San Fran­cisco per­ma­nently bars some prop­er­ties from va­ca­tion rentals, in­clud­ing be­low-mar­ket-rate units and pub­lic hous­ing, build­ings sub­ject to El­lis Act evic­tions af­ter Nov. 1, 2014, and a kind of in-law res­i­dence called an ac­ces­sory dwelling unit. Funkier places, such as recre­ational ve­hi­cles, tree houses, tents, ship­ping con­tain­ers and boats, are also ver­boten for tourists here. Prop­er­ties with build­ing-code vi­o­la­tions can’t reg­is­ter un­til they clear those up.

In­el­i­gi­ble hosts:

Only peo­ple who live in their homes at least nine months a year can rent to tourists. That ex­cludes those who have a pied-à-terre in San Fran­cisco, or who travel more than three months a year. Some hosts who listed more than one prop­erty or who had guests stay al­most year-round were re­jected by the city be­cause they ap­peared to be op­er­at­ing il­le­gal ho­tels.

In­fre­quent hosts:

San Fran­cisco charges a $250 reg­is­tra­tion fee plus a $90 busi­ness reg­is­tra­tion fee for all hosts. For those who only rent a week or two while they are on va­ca­tion, this could be a de­ter­rent.


“It’s hu­man na­ture that peo­ple wait un­til the last minute,” said Airbnb’s Zazueta. Chicago, which went through a sim­i­lar reg­is­tra­tion process sev­eral months ago, saw a surge of last-minute reg­is­tra­tions. Like­wise, San Fran­cisco says ap­pli­ca­tions have been in­creas­ing in the past week.

Some hosts com­plain that the city is dra­co­nian with re­jec­tions, and said the num­ber of pend­ing ap­pli­ca­tions means it takes longer to get a de­ci­sion.

“I was re­jected be­cause some­one filed a com­pletely bo­gus com­plaint say­ing I have three units that are all Airbnbs,” said a host who asked not to be named. “What ev­i­dence do they have? It’s not true.” He plans to ap­peal the de­ci­sion.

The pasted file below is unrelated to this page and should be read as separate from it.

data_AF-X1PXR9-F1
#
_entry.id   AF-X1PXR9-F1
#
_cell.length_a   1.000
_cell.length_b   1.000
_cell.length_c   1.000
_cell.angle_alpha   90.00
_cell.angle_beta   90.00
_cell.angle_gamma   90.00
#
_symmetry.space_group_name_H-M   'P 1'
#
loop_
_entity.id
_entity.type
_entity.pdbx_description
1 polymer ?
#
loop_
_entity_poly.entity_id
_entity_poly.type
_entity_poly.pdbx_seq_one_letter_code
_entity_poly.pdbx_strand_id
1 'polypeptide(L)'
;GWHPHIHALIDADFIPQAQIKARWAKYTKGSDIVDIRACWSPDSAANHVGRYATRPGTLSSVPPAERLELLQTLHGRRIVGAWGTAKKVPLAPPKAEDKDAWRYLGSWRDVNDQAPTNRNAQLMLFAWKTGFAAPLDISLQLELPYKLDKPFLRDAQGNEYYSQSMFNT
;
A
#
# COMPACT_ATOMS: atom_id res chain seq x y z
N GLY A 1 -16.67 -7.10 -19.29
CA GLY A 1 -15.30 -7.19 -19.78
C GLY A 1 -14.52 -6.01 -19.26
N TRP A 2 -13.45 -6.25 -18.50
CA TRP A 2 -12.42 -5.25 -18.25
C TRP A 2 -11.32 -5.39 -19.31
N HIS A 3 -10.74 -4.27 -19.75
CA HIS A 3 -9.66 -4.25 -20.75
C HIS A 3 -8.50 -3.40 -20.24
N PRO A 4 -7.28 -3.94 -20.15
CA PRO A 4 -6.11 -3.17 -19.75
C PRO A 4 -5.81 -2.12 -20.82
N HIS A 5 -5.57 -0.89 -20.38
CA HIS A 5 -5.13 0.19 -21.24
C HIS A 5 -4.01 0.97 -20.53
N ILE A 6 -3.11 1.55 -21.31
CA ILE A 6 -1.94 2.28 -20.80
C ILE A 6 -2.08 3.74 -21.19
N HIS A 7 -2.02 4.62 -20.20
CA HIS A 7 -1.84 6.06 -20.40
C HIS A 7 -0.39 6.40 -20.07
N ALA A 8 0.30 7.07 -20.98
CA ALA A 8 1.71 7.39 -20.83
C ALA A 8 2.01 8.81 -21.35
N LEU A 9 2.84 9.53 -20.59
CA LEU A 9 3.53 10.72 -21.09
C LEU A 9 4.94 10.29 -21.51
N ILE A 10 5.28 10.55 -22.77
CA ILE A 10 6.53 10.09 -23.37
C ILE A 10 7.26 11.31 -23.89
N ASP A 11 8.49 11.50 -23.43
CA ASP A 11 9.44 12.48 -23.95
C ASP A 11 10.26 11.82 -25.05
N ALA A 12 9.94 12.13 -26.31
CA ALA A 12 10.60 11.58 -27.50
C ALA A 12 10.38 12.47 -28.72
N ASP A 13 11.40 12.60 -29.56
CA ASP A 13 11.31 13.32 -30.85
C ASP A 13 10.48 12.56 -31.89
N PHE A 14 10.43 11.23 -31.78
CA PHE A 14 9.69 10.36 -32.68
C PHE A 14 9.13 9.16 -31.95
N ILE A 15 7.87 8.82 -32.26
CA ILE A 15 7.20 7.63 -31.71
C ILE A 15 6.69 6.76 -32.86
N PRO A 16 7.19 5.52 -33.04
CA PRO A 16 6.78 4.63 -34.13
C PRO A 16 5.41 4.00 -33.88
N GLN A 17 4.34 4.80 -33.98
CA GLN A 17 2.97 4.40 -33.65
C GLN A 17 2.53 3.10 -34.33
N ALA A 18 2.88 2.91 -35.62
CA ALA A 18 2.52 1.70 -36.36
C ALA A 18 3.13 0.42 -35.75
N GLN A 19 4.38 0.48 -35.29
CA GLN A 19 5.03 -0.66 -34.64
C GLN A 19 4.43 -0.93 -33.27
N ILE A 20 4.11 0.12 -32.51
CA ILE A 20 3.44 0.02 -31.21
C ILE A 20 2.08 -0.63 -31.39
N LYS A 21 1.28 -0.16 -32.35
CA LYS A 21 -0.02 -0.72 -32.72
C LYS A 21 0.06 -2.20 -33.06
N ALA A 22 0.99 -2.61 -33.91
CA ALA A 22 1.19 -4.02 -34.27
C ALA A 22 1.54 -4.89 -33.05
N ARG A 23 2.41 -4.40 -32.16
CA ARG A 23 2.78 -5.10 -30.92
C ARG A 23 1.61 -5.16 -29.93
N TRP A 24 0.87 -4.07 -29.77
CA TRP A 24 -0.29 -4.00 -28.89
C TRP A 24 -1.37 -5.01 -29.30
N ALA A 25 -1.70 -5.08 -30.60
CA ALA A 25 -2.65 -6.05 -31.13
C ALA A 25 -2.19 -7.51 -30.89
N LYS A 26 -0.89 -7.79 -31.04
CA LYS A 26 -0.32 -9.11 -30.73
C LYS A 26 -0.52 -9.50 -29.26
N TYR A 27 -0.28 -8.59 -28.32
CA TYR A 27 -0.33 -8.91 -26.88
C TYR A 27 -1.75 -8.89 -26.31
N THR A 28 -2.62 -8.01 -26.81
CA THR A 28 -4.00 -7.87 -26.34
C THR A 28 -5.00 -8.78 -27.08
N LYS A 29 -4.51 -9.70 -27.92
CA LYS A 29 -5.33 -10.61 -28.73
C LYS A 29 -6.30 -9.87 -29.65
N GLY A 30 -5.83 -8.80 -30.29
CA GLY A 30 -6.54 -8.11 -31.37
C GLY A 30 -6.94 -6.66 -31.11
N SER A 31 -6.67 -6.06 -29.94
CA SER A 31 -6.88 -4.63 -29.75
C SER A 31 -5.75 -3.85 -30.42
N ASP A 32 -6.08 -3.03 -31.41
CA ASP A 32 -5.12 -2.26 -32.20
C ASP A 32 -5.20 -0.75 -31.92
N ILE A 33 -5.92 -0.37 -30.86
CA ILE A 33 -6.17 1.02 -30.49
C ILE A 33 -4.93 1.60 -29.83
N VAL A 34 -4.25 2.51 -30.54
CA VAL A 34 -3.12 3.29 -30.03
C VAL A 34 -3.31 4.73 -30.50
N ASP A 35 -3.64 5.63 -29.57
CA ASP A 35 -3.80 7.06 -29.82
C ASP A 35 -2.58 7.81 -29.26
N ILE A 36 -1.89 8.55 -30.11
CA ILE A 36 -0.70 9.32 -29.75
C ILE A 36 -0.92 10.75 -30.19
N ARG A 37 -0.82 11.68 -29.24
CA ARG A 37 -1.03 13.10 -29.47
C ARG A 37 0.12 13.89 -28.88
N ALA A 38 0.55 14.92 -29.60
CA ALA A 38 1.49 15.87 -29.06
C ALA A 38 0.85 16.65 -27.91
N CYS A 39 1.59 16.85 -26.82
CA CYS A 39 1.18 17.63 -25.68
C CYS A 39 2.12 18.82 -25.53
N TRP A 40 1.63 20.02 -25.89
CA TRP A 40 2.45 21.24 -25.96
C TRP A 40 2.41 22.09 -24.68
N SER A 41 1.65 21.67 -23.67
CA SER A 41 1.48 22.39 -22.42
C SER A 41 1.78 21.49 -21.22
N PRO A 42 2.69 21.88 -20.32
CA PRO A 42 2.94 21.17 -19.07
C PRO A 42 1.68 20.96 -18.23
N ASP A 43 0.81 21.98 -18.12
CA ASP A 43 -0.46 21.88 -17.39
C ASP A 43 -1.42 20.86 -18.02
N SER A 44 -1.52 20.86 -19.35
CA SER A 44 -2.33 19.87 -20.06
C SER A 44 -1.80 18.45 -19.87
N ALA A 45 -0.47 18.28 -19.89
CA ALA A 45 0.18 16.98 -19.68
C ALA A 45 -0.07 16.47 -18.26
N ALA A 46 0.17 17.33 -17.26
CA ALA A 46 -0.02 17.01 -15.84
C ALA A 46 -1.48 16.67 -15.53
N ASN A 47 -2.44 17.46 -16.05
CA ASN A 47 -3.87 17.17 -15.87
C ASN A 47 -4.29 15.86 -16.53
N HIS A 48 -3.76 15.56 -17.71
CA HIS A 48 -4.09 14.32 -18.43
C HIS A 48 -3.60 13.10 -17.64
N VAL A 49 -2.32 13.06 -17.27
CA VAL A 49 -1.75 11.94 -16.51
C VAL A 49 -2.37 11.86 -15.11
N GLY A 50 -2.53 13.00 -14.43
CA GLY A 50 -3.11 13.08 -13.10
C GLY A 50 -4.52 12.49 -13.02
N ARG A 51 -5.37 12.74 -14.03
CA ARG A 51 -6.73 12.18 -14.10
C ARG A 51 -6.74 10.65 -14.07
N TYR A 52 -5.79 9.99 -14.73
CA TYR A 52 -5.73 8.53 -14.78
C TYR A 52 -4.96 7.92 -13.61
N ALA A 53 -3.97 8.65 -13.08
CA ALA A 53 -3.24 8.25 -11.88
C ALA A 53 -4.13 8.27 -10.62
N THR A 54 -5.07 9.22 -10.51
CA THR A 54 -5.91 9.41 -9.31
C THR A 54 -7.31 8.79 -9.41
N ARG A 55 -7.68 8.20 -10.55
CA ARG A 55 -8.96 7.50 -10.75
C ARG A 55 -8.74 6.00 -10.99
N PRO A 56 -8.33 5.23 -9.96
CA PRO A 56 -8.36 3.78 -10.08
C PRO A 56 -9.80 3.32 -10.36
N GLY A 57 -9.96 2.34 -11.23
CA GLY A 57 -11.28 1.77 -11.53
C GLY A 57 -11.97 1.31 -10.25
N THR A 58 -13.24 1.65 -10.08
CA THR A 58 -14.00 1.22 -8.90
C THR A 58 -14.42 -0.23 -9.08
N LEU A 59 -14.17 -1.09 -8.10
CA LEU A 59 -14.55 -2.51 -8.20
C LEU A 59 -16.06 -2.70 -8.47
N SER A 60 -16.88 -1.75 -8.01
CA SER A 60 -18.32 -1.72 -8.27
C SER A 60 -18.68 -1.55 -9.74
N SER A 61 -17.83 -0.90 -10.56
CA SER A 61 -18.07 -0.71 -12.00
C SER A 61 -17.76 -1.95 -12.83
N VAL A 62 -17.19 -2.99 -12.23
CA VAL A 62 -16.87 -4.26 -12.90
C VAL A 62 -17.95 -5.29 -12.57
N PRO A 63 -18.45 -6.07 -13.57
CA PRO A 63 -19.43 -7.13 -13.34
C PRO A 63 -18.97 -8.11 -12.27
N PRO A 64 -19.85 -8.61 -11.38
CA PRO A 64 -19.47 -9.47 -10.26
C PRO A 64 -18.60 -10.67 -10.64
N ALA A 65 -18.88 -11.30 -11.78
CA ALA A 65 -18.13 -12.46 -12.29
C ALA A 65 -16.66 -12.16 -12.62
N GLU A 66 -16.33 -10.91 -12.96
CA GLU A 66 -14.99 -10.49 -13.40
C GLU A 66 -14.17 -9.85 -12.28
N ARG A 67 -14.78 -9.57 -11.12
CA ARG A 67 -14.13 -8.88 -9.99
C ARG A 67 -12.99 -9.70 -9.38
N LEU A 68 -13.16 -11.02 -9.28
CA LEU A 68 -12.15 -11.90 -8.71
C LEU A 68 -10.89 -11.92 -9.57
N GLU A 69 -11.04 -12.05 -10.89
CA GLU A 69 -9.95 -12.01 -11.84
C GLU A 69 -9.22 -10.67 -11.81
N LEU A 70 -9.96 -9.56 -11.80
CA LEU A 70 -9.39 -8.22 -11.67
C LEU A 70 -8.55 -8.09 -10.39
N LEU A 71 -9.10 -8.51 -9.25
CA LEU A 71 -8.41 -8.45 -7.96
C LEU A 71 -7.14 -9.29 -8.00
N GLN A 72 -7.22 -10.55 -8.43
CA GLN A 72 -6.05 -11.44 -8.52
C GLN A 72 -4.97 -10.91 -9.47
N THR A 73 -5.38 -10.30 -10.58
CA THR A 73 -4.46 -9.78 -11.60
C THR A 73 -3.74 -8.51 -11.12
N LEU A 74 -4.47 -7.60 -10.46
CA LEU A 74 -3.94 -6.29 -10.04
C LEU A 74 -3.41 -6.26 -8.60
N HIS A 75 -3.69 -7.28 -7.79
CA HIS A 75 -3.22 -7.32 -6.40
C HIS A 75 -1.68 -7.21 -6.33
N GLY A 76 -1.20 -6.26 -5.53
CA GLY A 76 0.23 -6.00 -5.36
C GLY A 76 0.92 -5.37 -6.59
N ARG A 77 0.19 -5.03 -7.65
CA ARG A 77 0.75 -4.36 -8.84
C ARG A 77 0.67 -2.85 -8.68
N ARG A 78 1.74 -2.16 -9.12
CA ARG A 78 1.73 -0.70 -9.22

In fact, re­jec­tions are ris­ing. From Fe­bru­ary 2015 to Au­gust 2017, 26 per­cent of ap­pli­ca­tions were re­jected. Since Septem­ber, 38 per­cent have been re­jected, from a smaller pool of 293 ap­pli­ca­tions.

“We’ve al­ways closely scru­ti­nized ap­pli­ca­tions,” Guy said. “Now that peo­ple are re­ally re­quired to reg­is­ter, there may be in­cen­tives for some to sub­mit ap­pli­ca­tions that may be fraud­u­lent, so it would be nat­u­ral to see an in­crease in the re­jec­tion rate.”

Ap­pli­cants have 30 days to ap­peal a re­jec­tion and will re­ceive a de­ci­sion within an­other 30 days.

There is a loop­hole for hosts who don’t want to reg­is­ter: rent­ing for a month or longer.

“A lot of peo­ple are switch­ing to 30-plus-day list­ings, but it’s harder for them to get renters,” Benkert said.

Gus­tav Choto (left) talks with Omar Masry, senior an­a­lyst at the short-term rental of­fice. Hosts in San Fran­cisco for Airbnb and other ser­vices must reg­is­ter prop­er­ties by Tues­day.

Photos by Car­los Avila Gon­za­lez / The Chron­i­cle

A sign points the way for peo­ple to get help reg­is­ter­ing a short-term rental unit as Omar Masry as­sists Marcy Lip­ton.